Also on the payer front, we are enthusiastic about our electronic remittance communication and payment services for payers. These services generate substantial savings for payers and providers by eliminating postage and paper costs while facilitating automated posting and other information services. Over the past months we have seen increasing interest in these services from the payer community and a growing in sales operations.
Given our extensive health care connectivity network, Emdeon is uniquely positioned to deliver on its value proposition for the payer community. Currently, Emdeon provides Electronic Remittance Advice (ERAs) on behalf of over 300 payers. Our postage coop, Health Payers USA, serves over 600 payers. In combination, this level of penetration provides unique marketing and physician recruitment opportunities and importantly enables us to drive provider adoption for our payer customers by offering the provider a more complete payment solution.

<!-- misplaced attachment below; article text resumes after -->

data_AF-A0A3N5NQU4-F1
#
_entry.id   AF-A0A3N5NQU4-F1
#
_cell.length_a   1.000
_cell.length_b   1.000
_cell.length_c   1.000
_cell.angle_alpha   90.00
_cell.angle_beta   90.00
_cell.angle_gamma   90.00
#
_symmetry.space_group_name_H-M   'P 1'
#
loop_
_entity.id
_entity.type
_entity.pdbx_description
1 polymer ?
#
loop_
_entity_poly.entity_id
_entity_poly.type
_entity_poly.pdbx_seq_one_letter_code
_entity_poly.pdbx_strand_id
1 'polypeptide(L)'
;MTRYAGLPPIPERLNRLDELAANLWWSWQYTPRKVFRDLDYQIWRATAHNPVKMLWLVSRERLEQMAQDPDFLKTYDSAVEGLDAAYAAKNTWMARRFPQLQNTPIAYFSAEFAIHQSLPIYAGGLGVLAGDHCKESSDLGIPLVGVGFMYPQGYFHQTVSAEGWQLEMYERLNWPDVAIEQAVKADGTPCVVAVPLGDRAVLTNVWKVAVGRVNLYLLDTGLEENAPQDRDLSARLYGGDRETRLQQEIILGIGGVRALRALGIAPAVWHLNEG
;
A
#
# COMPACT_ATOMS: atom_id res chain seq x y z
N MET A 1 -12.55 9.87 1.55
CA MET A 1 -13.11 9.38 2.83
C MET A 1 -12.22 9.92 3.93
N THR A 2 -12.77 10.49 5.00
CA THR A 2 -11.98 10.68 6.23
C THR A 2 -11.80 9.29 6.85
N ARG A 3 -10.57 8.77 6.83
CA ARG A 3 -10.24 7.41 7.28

On the provider portion of our business, we are committed to offering products and services that improve on customer’s revenue cycle. We continue to enhance the capabilities of our traditional client’s management applications and to expand our capabilities within our revenue cycle management products suite. We will be releasing a new management application in the first half of this year. Additionally, we are also excited about our progress towards delivering a comprehensive revenue cycle management portal. This portal will serve as a single source for customers to access all of our revenue cycle management services. Additionally, we believe we are uniquely positioned to provide solutions that will better equip providers to determine reimbursement level by procedure as well as planned and member financial responsibility. We are currently delivering these solutions in conjunction with certain payers.